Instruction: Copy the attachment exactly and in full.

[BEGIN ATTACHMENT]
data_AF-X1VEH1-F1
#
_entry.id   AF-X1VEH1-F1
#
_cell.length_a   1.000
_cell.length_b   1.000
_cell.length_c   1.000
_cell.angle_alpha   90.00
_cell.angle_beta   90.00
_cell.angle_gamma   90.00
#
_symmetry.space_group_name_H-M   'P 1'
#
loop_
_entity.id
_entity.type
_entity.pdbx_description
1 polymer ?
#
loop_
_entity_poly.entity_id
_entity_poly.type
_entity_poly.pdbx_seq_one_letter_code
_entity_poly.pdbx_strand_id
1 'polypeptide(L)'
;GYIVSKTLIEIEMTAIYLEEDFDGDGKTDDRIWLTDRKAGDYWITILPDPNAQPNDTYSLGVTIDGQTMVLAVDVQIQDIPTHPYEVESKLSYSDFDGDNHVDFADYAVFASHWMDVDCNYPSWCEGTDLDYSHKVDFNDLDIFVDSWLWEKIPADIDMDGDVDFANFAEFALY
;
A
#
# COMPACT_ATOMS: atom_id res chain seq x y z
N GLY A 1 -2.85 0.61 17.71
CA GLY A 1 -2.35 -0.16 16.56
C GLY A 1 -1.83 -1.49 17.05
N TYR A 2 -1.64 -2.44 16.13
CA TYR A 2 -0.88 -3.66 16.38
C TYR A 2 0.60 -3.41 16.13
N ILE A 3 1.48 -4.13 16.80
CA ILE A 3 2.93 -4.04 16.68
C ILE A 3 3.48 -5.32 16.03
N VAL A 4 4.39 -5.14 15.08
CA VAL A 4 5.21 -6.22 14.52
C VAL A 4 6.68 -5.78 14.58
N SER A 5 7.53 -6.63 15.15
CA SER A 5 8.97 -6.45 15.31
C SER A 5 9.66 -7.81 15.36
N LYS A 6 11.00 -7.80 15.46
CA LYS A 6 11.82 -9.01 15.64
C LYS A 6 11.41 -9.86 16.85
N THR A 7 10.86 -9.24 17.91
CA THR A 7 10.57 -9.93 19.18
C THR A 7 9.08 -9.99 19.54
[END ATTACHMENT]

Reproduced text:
data_AF-X1VEH1-F1
#
_entry.id   AF-X1VEH1-F1
#
_cell.length_a   1.000
_cell.length_b   1.000
_cell.length_c   1.000
_cell.angle_alpha   90.00
_cell.angle_beta   90.00
_cell.angle_gamma   90.00
#
_symmetry.space_group_name_H-M   'P 1'
#
loop_
_entity.id
_entity.type
_entity.pdbx_description
1 polymer ?
#
loop_
_entity_poly.entity_id
_entity_poly.type
_entity_poly.pdbx_seq_one_letter_code
_entity_poly.pdbx_strand_id
1 'polypeptide(L)'
;GYIVSKTLIEIEMTAIYLEEDFDGDGKTDDRIWLTDRKAGDYWITILPDPNAQPNDTYSLGVTIDGQTMVLAVDVQIQDIPTHPYEVESKLSYSDFDGDNHVDFADYAVFASHWMDVDCNYPSWCEGTDLDYSHKVDFNDLDIFVDSWLWEKIPADIDMDGDVDFANFAEFALY
;
A
#
# COMPACT_ATOMS: atom_id res chain seq x y z
N GLY A 1 -2.85 0.61 17.71
CA GLY A 1 -2.35 -0.16 16.56
C GLY A 1 -1.83 -1.49 17.05
N TYR A 2 -1.64 -2.44 16.13
CA TYR A 2 -0.88 -3.66 16.38
C TYR A 2 0.60 -3.41 16.13
N ILE A 3 1.48 -4.13 16.80
CA ILE A 3 2.93 -4.04 16.68
C ILE A 3 3.48 -5.32 16.03
N VAL A 4 4.39 -5.14 15.08
CA VAL A 4 5.21 -6.22 14.52
C VAL A 4 6.68 -5.78 14.58
N SER A 5 7.53 -6.63 15.15
CA SER A 5 8.97 -6.45 15.31
C SER A 5 9.66 -7.81 15.36
N LYS A 6 11.00 -7.80 15.46
CA LYS A 6 11.82 -9.01 15.64
C LYS A 6 11.41 -9.86 16.85
N THR A 7 10.86 -9.24 17.91
CA THR A 7 10.57 -9.93 19.18
C THR A 7 9.08 -9.99 19.54